With the relatable parental feathers in her nest, the osprey soon gained a better understanding of who she was. Seeing the osprey fake-flying on her stoop the next day, the manager-mallard felt resentful. On a subliminal level, —He knew just how he could retaliate. Finding the prime feeding plot prior to the osprey’s forage, the mallard waited. When the little osprey led the gang of followers to the morning worming, the little mallard was hiding in ambush, waiting. Upon arriving hungry, the osprey routed out the fattest worm from the wormholes. Jumping onto the scene, the mallard latched on to its other end. Being startled by the attack, the immature osprey arched up its wings, let out a hideous squeal, and displayed its sharp talons to the manager in charge of the barnyard. This presentation of power greatly disturbed and even frightened the manager. Feeling threatened, the manager went to the head manager, crying,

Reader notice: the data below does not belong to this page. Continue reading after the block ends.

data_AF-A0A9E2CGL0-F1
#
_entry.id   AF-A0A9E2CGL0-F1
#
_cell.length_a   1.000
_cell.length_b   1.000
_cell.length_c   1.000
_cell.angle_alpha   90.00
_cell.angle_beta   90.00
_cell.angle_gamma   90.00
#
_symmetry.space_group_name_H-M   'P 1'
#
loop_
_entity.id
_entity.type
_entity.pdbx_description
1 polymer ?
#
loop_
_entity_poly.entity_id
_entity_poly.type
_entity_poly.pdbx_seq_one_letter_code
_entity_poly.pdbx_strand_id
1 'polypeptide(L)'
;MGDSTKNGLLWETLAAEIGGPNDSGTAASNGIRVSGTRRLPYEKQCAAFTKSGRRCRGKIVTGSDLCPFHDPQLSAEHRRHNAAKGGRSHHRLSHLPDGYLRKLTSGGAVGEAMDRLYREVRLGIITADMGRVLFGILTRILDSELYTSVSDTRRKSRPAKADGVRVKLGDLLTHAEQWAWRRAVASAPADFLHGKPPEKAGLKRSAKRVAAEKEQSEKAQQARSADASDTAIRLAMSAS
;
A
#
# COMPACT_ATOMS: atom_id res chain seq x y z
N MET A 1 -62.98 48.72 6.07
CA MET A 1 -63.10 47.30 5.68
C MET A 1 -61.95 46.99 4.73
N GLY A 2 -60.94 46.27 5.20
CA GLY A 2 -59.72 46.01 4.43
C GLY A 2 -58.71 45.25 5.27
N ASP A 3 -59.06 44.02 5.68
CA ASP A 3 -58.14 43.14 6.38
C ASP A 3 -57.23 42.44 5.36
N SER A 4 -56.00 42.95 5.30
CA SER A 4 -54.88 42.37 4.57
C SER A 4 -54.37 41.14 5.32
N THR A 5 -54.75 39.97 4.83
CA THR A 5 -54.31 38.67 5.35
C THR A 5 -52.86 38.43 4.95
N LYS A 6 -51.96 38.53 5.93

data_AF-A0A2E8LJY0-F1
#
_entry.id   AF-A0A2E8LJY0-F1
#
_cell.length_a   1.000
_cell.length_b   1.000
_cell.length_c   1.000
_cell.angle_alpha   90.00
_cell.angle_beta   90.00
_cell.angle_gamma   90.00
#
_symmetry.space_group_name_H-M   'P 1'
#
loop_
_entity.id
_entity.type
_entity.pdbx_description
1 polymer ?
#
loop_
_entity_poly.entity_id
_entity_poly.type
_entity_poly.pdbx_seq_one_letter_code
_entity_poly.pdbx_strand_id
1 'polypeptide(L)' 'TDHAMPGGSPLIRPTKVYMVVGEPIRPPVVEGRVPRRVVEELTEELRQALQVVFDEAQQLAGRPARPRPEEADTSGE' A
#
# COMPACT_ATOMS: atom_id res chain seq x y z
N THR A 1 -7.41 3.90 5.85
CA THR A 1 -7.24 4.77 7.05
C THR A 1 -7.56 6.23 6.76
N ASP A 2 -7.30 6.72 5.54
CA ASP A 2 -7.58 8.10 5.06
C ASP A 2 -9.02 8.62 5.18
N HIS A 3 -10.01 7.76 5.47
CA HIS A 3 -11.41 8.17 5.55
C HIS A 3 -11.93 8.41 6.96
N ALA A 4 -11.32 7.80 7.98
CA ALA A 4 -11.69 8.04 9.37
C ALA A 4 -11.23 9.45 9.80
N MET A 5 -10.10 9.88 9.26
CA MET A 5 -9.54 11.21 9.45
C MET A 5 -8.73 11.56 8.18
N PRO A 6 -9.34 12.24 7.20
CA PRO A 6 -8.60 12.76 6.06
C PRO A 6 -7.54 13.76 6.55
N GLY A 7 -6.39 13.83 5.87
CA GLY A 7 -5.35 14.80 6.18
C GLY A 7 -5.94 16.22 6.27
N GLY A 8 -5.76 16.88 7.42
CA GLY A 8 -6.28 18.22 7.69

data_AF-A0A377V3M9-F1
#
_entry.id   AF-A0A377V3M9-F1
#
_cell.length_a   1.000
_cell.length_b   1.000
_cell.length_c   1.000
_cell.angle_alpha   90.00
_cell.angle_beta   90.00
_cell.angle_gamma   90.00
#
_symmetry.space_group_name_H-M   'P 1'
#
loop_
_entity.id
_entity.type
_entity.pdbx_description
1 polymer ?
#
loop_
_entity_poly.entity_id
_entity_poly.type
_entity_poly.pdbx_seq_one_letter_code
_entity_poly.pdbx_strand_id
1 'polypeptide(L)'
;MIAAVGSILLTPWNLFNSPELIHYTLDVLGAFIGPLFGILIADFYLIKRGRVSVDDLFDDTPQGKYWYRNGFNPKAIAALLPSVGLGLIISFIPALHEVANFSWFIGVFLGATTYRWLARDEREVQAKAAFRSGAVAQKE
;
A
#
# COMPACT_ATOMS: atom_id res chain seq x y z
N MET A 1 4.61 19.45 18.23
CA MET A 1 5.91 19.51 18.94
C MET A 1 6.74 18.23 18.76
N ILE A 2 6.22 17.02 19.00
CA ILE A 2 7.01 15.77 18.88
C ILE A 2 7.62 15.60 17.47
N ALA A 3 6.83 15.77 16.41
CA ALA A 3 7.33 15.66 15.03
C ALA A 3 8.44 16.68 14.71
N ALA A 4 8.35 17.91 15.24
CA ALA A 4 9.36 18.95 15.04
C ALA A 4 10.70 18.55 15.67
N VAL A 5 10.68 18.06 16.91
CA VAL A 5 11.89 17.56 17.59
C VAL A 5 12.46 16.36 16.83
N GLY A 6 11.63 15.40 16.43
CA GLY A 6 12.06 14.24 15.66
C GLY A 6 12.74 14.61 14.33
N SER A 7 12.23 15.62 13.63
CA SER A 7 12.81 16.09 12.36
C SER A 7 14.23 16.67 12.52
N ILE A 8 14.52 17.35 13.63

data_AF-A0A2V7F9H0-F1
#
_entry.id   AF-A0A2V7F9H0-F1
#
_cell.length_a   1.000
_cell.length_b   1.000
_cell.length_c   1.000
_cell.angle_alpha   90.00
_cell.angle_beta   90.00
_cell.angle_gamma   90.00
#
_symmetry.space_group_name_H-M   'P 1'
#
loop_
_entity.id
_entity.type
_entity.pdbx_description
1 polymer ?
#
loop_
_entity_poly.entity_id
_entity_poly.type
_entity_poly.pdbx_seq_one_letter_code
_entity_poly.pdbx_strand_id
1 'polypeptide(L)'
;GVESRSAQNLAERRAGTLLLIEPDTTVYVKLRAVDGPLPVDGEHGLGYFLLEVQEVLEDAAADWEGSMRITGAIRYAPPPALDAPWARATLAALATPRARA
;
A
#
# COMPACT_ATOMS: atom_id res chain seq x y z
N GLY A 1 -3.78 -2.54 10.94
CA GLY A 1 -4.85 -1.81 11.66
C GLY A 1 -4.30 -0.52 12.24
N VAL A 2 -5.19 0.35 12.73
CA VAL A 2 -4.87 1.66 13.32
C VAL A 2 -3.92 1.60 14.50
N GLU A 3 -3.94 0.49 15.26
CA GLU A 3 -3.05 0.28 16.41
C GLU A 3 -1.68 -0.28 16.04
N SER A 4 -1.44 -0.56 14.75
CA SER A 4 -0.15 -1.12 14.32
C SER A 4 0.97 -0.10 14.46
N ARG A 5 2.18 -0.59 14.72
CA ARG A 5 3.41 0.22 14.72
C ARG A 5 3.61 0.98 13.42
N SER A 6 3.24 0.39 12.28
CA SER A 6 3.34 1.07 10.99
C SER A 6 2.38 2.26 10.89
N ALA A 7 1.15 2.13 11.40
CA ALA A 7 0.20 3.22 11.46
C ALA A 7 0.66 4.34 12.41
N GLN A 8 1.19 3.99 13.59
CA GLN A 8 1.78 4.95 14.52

Eventually, he proceeded in having the imposter “hen” written up for staff harassment. In the weeks and months following, the mallard began heavy rationing, and revising of regulations concerning all of the osprey’s farmyard resources. Meanwhile trying to get her needs met, the osprey began making a name for herself, as being quite assertive. She was now in the daily habit of fighting for her worms. (from other invasive, yet less enterprising farm fowl.) What was especially concerning to the less aware members of the community, was the osprey’s habitat of trying to take more than the regular share of chicken pellets at feed time.
  Understanding her destiny, the youthful eagle knew that in order to reach her full potential, she would need to make accommodations for her nutritional needs somehow. All the others saw was pushiness, and apparent greediness.